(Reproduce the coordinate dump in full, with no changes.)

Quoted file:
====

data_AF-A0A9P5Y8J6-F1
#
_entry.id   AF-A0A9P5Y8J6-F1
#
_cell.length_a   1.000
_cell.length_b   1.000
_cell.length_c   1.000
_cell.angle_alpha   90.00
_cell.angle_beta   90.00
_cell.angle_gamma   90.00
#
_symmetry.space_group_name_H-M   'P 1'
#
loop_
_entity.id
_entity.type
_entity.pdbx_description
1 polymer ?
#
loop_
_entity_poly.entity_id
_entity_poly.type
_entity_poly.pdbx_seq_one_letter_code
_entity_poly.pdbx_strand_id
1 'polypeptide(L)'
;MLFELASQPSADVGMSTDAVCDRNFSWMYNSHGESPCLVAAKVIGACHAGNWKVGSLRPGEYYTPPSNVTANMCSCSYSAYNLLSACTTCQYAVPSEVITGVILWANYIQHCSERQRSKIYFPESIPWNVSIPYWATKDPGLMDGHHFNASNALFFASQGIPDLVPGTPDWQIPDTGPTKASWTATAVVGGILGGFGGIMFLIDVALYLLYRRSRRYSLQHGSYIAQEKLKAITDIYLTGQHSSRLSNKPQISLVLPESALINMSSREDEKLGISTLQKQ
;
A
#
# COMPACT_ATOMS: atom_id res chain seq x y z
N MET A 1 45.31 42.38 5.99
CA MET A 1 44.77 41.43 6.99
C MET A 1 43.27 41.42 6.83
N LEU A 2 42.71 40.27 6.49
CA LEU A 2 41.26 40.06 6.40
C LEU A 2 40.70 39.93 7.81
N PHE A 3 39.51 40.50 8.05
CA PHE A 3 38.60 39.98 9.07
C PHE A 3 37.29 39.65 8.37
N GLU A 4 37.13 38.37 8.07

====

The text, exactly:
data_AF-A0A9P5Y8J6-F1
#
_entry.id   AF-A0A9P5Y8J6-F1
#
_cell.length_a   1.000
_cell.length_b   1.000
_cell.length_c   1.000
_cell.angle_alpha   90.00
_cell.angle_beta   90.00
_cell.angle_gamma   90.00
#
_symmetry.space_group_name_H-M   'P 1'
#
loop_
_entity.id
_entity.type
_entity.pdbx_description
1 polymer ?
#
loop_
_entity_poly.entity_id
_entity_poly.type
_entity_poly.pdbx_seq_one_letter_code
_entity_poly.pdbx_strand_id
1 'polypeptide(L)'
;MLFELASQPSADVGMSTDAVCDRNFSWMYNSHGESPCLVAAKVIGACHAGNWKVGSLRPGEYYTPPSNVTANMCSCSYSAYNLLSACTTCQYAVPSEVITGVILWANYIQHCSERQRSKIYFPESIPWNVSIPYWATKDPGLMDGHHFNASNALFFASQGIPDLVPGTPDWQIPDTGPTKASWTATAVVGGILGGFGGIMFLIDVALYLLYRRSRRYSLQHGSYIAQEKLKAITDIYLTGQHSSRLSNKPQISLVLPESALINMSSREDEKLGISTLQKQ
;
A
#
# COMPACT_ATOMS: atom_id res chain seq x y z
N MET A 1 45.31 42.38 5.99
CA MET A 1 44.77 41.43 6.99
C MET A 1 43.27 41.42 6.83
N LEU A 2 42.71 40.27 6.49
CA LEU A 2 41.26 40.06 6.40
C LEU A 2 40.70 39.93 7.81
N PHE A 3 39.51 40.50 8.05
CA PHE A 3 38.60 39.98 9.07
C PHE A 3 37.29 39.65 8.37
N GLU A 4 37.13 38.37 8.07